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After three years of playing host to rockers, actors, playmates, wrestlers and disgraced politicians, Donald Trump is going to focus on something much more serious: the recession.

In the new season of The Apprentice, the 16 individuals competing to be Trump's new right-hand man have been hit hard by the economy.

"The original Apprentice was in high-flying times where it was about earning more, making more. Now it's about survival. It's about people who really realize only one is getting that job with Trump," executive producer Mark Burnett said on a recent conference call.

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This season, the 10th in the Apprentice franchise, marks a return to the show's original concept. The ratings show the show badly needs a boost. The first season finale drew more than 28 million viewers in the spring 2004. Just 7.94 million tuned in for the Season 6 conclusion. Celebrity Apprentice has since taken over, most recently with Bret Michaels winning the title in May.

Although Burnett says there had been discussions with NBC about how to redo the original Apprentice, the network initially ordered a fourth celebrity edition.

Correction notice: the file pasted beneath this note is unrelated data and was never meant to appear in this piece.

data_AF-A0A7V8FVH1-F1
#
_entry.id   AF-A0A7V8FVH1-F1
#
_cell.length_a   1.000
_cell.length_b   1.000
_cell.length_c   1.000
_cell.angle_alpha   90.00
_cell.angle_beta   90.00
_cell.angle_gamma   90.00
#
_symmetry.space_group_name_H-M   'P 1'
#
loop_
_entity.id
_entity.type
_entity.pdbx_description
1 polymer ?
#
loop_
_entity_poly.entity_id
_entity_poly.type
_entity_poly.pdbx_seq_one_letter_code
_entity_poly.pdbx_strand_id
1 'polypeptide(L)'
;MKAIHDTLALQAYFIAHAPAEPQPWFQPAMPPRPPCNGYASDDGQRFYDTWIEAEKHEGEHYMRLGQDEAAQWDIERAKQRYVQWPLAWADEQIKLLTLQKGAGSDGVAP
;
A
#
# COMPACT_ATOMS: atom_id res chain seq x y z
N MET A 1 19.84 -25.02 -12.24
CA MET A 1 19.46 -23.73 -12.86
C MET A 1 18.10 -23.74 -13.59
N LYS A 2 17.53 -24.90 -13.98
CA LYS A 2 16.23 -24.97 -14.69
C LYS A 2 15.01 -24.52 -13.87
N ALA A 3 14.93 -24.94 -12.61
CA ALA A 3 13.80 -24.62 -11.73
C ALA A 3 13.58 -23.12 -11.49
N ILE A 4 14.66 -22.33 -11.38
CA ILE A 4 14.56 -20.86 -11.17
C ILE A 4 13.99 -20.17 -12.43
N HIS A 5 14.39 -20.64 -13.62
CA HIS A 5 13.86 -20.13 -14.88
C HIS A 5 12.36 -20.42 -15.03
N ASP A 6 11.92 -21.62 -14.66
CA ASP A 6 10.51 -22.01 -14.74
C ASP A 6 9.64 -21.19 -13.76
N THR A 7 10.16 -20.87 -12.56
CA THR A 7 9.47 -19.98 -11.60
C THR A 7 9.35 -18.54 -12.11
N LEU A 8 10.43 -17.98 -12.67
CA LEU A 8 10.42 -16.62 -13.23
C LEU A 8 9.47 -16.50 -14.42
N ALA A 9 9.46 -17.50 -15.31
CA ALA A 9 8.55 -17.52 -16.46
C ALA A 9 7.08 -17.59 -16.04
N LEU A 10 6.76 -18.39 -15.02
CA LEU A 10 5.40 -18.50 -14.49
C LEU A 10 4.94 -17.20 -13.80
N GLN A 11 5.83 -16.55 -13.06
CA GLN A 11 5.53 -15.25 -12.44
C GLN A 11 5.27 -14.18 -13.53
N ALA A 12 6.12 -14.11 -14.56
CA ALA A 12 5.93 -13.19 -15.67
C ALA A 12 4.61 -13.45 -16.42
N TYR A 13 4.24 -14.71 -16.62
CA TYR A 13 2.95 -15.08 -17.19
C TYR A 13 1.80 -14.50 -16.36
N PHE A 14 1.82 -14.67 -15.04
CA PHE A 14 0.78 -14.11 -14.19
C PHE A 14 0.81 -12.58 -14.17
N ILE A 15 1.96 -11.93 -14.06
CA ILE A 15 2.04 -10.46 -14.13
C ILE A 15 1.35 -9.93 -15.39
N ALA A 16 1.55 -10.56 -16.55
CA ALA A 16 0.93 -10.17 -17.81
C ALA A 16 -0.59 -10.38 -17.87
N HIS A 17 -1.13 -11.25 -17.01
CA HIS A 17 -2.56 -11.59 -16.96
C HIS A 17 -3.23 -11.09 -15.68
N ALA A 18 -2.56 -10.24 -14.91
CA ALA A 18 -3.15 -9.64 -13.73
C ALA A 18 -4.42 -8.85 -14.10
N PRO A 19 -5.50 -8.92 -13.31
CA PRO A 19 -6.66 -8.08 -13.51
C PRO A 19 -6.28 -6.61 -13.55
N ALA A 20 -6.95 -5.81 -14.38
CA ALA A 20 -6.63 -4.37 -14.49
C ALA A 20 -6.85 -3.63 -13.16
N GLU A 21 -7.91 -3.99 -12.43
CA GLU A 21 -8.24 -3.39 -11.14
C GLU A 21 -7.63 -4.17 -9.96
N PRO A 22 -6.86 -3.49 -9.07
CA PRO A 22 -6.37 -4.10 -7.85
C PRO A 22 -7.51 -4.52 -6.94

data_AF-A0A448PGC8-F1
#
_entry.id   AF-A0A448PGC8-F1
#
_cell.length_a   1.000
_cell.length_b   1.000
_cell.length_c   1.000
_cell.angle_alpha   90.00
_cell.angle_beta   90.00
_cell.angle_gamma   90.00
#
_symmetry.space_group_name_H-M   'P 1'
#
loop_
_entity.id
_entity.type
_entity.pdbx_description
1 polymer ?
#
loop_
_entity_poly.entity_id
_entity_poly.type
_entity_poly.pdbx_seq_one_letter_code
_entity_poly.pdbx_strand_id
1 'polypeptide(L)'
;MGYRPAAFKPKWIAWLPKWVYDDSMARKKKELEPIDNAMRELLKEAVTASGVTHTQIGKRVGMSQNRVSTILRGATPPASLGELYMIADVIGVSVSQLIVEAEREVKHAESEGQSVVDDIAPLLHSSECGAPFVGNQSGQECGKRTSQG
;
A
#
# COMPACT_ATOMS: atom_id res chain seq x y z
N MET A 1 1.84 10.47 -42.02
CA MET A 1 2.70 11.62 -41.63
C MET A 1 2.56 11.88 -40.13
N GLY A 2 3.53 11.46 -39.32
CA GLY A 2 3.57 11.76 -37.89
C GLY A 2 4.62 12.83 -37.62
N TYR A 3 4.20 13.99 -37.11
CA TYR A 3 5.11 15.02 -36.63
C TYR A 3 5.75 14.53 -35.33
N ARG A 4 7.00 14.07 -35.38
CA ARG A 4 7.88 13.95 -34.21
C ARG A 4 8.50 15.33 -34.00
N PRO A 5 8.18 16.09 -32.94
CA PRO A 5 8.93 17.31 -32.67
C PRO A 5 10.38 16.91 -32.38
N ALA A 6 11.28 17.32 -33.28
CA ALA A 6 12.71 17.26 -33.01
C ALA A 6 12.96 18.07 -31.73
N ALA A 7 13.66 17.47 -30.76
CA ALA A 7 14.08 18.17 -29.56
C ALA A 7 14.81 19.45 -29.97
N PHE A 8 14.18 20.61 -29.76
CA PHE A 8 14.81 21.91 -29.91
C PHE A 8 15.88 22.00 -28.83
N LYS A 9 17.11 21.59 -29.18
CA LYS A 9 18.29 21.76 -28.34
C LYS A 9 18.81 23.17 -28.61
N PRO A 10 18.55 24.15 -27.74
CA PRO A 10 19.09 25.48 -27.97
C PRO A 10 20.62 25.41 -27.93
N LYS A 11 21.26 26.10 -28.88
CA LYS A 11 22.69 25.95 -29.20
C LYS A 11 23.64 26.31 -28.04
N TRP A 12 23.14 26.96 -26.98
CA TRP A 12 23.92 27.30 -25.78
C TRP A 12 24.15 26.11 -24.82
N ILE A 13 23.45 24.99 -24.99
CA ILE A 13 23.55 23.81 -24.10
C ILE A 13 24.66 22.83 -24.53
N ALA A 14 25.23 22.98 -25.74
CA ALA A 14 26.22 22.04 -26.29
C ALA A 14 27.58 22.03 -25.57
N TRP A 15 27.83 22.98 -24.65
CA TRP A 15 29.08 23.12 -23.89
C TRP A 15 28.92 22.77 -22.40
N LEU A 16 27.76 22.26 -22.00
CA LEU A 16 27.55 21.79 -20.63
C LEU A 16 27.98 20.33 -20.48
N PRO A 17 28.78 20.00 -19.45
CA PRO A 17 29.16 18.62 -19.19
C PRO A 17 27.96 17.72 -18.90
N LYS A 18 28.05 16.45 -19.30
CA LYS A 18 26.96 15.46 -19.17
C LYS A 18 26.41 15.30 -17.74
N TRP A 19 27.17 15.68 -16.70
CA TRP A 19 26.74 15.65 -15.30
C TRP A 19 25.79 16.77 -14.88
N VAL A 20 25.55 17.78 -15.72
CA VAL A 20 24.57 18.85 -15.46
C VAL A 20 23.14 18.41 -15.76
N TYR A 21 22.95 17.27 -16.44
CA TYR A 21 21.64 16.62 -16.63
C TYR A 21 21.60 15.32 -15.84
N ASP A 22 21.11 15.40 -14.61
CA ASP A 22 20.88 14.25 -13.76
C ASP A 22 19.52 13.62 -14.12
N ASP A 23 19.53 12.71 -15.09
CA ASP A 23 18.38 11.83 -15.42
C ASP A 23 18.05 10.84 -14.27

"[NBC] came to us at the last moment and said we're getting so many requests for a regular [Apprentice]," Trump said. "There were just so many people that wanted to see the regular Apprentice."

NBC reboots original Apprentice

Both Burnett and Trump agreed the current recession felt like the perfect time to bring back the original framework.

"I think it's the best Apprentice that we've done since Season 1," Trump said. "It's a better plot in terms of bad times versus good times. When you're in good times, it's less urgent, it's less important."

Nothing illustrates this urgency better than the competitors themselves, including a recent Stanford graduate unable to find work and a former CPA forced to sell some of his family's possessions to get by.

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"They've got children to feed, they've got mortgages to try and pay, they've had to sell their possessions, and here they are really trying to get themselves back and going," Burnett said. "They're standing up and fighting back harder than ever."

Despite the backdrop of hard times, don't expect The Apprentice to become touchy-feely, Burnett said.

"The actual core of the show is the same," he said. "It's not a show where Donald Trump suddenly gives them a hug every five minutes and a pat on the back."

The new season of The Apprentice premieres Thursday at 9/8c on NBC.